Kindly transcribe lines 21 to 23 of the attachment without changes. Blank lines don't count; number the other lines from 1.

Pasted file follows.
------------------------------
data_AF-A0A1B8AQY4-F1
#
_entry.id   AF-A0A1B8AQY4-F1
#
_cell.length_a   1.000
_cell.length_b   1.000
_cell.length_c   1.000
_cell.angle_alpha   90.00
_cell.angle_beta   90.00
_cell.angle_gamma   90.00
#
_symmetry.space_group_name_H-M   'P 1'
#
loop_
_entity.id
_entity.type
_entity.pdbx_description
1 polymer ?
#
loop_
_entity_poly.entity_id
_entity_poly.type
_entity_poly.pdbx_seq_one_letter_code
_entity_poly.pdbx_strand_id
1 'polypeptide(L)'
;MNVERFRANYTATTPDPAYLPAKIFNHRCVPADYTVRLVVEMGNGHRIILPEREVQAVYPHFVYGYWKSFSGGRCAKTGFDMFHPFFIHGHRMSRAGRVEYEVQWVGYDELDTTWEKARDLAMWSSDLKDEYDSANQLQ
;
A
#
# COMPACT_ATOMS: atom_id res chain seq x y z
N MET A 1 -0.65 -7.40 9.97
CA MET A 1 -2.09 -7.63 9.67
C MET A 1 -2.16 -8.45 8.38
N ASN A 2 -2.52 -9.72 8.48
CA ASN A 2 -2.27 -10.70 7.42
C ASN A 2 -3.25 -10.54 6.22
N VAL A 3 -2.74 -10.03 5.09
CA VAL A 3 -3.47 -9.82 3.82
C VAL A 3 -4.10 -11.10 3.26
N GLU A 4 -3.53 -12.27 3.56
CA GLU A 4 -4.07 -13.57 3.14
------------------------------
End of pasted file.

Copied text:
_entity_poly.entity_id
_entity_poly.type
_entity_poly.pdbx_seq_one_letter_code